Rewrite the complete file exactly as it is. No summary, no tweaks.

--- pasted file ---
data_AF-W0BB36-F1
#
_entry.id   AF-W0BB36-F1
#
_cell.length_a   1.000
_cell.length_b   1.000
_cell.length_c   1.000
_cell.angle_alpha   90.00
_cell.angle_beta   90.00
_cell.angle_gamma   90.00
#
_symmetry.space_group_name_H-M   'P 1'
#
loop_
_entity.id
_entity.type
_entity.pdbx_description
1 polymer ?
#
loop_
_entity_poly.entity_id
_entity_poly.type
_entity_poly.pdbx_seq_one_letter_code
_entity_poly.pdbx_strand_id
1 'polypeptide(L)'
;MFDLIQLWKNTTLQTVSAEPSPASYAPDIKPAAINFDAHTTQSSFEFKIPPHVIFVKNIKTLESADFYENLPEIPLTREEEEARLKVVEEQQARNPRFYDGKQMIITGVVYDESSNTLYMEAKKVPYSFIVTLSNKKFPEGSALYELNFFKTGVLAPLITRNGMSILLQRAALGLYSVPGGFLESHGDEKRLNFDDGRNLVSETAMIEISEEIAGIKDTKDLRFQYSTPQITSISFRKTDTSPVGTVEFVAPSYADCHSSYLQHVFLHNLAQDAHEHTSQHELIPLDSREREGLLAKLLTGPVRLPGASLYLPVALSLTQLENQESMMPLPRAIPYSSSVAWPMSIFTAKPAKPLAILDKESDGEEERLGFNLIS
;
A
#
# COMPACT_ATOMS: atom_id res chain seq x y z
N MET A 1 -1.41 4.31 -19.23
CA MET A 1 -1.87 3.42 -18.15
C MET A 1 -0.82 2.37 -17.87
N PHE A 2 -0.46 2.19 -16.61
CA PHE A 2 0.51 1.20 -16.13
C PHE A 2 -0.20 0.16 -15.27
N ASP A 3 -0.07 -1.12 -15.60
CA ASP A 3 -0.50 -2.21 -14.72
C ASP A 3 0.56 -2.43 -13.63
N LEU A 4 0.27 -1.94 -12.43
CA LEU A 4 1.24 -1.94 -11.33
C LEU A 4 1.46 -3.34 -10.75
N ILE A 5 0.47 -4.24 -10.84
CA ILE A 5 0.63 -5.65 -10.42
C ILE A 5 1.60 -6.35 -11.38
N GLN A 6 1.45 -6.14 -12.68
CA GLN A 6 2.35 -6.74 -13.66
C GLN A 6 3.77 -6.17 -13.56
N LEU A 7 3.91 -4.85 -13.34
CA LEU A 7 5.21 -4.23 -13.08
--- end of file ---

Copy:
data_AF-W0BB36-F1
#
_entry.id   AF-W0BB36-F1
#
_cell.length_a   1.000
_cell.length_b   1.000
_cell.length_c   1.000
_cell.angle_alpha   90.00
_cell.angle_beta   90.00
_cell.angle_gamma   90.00
#
_symmetry.space_group_name_H-M   'P 1'
#
loop_
_entity.id
_entity.type
_entity.pdbx_description
1 polymer ?
#
loop_
_entity_poly.entity_id
_entity_poly.type
_entity_poly.pdbx_seq_one_letter_code
_entity_poly.pdbx_strand_id
1 'polypeptide(L)'
;MFDLIQLWKNTTLQTVSAEPSPASYAPDIKPAAINFDAHTTQSSFEFKIPPHVIFVKNIKTLESADFYENLPEIPLTREEEEARLKVVEEQQARNPRFYDGKQMIITGVVYDESSNTLYMEAKKVPYSFIVTLSNKKFPEGSALYELNFFKTGVLAPLITRNGMSILLQRAALGLYSVPGGFLESHGDEKRLNFDDGRNLVSETAMIEISEEIAGIKDTKDLRFQYSTPQITSISFRKTDTSPVGTVEFVAPSYADCHSSYLQHVFLHNLAQDAHEHTSQHELIPLDSREREGLLAKLLTGPVRLPGASLYLPVALSLTQLENQESMMPLPRAIPYSSSVAWPMSIFTAKPAKPLAILDKESDGEEERLGFNLIS
;
A
#
# COMPACT_ATOMS: atom_id res chain seq x y z
N MET A 1 -1.41 4.31 -19.23
CA MET A 1 -1.87 3.42 -18.15
C MET A 1 -0.82 2.37 -17.87
N PHE A 2 -0.46 2.19 -16.61
CA PHE A 2 0.51 1.20 -16.13
C PHE A 2 -0.20 0.16 -15.27
N ASP A 3 -0.07 -1.12 -15.60
CA ASP A 3 -0.50 -2.21 -14.72
C ASP A 3 0.56 -2.43 -13.63
N LEU A 4 0.27 -1.94 -12.43
CA LEU A 4 1.24 -1.94 -11.33
C LEU A 4 1.46 -3.34 -10.75
N ILE A 5 0.47 -4.24 -10.84
CA ILE A 5 0.63 -5.65 -10.42
C ILE A 5 1.60 -6.35 -11.38
N GLN A 6 1.45 -6.14 -12.68
CA GLN A 6 2.35 -6.74 -13.66
C GLN A 6 3.77 -6.17 -13.56
N LEU A 7 3.91 -4.85 -13.34
CA LEU A 7 5.21 -4.23 -13.08